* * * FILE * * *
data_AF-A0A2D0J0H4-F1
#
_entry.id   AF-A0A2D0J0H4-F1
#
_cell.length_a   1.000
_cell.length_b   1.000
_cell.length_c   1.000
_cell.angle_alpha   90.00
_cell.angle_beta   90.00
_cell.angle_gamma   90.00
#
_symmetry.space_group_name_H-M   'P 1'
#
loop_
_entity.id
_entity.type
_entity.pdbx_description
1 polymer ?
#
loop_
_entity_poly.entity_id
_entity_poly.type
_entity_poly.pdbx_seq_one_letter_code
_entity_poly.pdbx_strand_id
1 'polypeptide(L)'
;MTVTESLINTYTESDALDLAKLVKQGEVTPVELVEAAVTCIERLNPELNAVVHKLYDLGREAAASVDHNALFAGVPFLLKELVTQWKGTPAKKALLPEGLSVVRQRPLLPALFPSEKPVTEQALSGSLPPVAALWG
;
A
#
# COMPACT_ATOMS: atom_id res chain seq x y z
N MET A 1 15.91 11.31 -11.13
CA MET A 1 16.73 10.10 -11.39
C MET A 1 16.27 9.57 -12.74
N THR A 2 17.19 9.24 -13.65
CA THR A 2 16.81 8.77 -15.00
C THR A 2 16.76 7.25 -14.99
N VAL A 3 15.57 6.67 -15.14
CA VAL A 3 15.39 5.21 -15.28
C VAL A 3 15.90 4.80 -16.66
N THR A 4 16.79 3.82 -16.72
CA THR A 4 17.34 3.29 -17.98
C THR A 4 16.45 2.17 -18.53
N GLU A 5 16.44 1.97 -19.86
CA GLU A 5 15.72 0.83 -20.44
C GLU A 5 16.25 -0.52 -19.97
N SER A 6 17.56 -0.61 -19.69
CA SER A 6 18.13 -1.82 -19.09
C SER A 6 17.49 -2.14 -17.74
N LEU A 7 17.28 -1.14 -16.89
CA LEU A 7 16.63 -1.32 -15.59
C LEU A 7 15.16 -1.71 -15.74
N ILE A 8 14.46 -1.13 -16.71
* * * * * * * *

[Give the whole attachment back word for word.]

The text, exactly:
data_AF-A0A2D0J0H4-F1
#
_entry.id   AF-A0A2D0J0H4-F1
#
_cell.length_a   1.000
_cell.length_b   1.000
_cell.length_c   1.000
_cell.angle_alpha   90.00
_cell.angle_beta   90.00
_cell.angle_gamma   90.00
#
_symmetry.space_group_name_H-M   'P 1'
#
loop_
_entity.id
_entity.type
_entity.pdbx_description
1 polymer ?
#
loop_
_entity_poly.entity_id
_entity_poly.type
_entity_poly.pdbx_seq_one_letter_code
_entity_poly.pdbx_strand_id
1 'polypeptide(L)'
;MTVTESLINTYTESDALDLAKLVKQGEVTPVELVEAAVTCIERLNPELNAVVHKLYDLGREAAASVDHNALFAGVPFLLKELVTQWKGTPAKKALLPEGLSVVRQRPLLPALFPSEKPVTEQALSGSLPPVAALWG
;
A
#
# COMPACT_ATOMS: atom_id res chain seq x y z
N MET A 1 15.91 11.31 -11.13
CA MET A 1 16.73 10.10 -11.39
C MET A 1 16.27 9.57 -12.74
N THR A 2 17.19 9.24 -13.65
CA THR A 2 16.81 8.77 -15.00
C THR A 2 16.76 7.25 -14.99
N VAL A 3 15.57 6.67 -15.14
CA VAL A 3 15.39 5.21 -15.28
C VAL A 3 15.90 4.80 -16.66
N THR A 4 16.79 3.82 -16.72
CA THR A 4 17.34 3.29 -17.98
C THR A 4 16.45 2.17 -18.53
N GLU A 5 16.44 1.97 -19.86
CA GLU A 5 15.72 0.83 -20.44
C GLU A 5 16.25 -0.52 -19.97
N SER A 6 17.56 -0.61 -19.69
CA SER A 6 18.13 -1.82 -19.09
C SER A 6 17.49 -2.14 -17.74
N LEU A 7 17.28 -1.14 -16.89
CA LEU A 7 16.63 -1.32 -15.59
C LEU A 7 15.16 -1.71 -15.74
N ILE A 8 14.46 -1.13 -16.71